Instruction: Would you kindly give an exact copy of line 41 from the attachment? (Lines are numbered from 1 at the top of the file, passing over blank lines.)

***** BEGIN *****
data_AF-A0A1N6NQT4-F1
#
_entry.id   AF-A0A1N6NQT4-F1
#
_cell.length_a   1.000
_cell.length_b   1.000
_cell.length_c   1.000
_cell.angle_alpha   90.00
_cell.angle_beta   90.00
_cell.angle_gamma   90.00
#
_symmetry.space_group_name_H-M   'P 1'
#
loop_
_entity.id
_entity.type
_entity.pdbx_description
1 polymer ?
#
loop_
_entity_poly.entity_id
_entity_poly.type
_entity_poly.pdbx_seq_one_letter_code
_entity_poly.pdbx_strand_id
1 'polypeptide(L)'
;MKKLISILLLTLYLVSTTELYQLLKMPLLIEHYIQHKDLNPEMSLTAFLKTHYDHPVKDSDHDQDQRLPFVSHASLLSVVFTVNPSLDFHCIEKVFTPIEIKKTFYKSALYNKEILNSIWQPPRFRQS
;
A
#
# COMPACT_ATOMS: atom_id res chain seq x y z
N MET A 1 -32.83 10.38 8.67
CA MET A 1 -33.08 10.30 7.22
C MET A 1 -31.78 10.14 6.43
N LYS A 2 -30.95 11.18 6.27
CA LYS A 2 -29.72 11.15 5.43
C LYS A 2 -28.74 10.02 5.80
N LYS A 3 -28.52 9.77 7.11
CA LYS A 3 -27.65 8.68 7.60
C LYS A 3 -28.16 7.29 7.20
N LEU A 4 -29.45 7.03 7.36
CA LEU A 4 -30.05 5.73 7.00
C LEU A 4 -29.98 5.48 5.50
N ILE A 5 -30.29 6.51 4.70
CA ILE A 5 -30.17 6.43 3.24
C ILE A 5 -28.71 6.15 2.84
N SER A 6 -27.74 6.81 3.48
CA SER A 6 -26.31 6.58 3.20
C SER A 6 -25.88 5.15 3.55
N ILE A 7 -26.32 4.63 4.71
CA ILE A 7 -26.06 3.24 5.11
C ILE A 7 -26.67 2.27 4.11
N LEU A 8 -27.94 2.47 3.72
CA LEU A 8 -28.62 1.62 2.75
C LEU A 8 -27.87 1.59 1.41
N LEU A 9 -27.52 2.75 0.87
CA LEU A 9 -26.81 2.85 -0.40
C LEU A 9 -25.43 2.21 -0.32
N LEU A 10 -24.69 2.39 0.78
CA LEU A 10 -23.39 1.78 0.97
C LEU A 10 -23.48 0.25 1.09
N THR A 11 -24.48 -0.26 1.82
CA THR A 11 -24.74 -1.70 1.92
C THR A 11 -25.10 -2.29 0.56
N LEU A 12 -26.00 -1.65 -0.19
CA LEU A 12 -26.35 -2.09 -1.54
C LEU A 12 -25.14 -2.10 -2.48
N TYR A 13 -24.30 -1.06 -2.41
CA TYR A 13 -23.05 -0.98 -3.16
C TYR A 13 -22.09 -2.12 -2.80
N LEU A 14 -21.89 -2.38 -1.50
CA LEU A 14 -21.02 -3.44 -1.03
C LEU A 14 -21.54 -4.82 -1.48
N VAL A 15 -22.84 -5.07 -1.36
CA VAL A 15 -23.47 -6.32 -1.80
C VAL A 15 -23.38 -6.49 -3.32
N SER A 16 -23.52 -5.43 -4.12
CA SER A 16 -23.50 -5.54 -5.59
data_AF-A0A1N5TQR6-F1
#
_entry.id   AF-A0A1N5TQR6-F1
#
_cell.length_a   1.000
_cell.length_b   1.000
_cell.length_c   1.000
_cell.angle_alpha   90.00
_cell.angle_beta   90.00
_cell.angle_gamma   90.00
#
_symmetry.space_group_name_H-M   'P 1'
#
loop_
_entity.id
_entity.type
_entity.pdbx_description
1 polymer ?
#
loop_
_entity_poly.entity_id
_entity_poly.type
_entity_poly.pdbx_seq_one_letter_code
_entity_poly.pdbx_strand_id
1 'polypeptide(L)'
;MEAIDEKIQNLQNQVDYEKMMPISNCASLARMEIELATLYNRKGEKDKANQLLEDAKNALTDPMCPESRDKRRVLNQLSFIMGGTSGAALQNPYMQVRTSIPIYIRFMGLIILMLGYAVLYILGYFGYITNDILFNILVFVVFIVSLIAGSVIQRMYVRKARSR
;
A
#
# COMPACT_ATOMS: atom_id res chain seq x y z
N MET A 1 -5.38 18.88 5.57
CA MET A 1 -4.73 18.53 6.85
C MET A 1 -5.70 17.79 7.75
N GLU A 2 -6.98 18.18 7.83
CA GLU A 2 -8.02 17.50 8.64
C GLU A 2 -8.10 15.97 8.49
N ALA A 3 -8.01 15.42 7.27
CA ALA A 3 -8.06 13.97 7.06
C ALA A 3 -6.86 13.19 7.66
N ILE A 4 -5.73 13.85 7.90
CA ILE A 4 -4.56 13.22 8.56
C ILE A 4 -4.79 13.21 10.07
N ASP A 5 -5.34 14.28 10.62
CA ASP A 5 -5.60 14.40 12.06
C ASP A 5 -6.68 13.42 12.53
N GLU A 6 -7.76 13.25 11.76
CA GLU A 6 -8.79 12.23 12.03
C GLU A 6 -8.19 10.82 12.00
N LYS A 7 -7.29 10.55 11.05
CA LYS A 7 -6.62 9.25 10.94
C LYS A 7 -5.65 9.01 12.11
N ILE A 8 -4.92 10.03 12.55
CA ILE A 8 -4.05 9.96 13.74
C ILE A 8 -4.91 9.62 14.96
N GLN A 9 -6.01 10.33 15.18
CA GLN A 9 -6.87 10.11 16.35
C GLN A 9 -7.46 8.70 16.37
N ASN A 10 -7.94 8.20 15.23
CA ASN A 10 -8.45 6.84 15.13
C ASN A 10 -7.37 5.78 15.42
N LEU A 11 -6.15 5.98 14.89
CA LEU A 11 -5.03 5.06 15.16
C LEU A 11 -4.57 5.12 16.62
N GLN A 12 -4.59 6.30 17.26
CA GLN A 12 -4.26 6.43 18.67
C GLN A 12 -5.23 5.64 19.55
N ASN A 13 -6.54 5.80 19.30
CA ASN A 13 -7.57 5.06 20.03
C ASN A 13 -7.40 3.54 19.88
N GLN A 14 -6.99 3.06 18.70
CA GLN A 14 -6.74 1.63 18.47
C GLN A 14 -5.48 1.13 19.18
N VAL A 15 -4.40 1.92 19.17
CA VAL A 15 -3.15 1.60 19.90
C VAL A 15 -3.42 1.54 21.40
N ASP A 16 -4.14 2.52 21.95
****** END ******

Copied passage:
CA LEU A 4 -30.05 5.73 7.00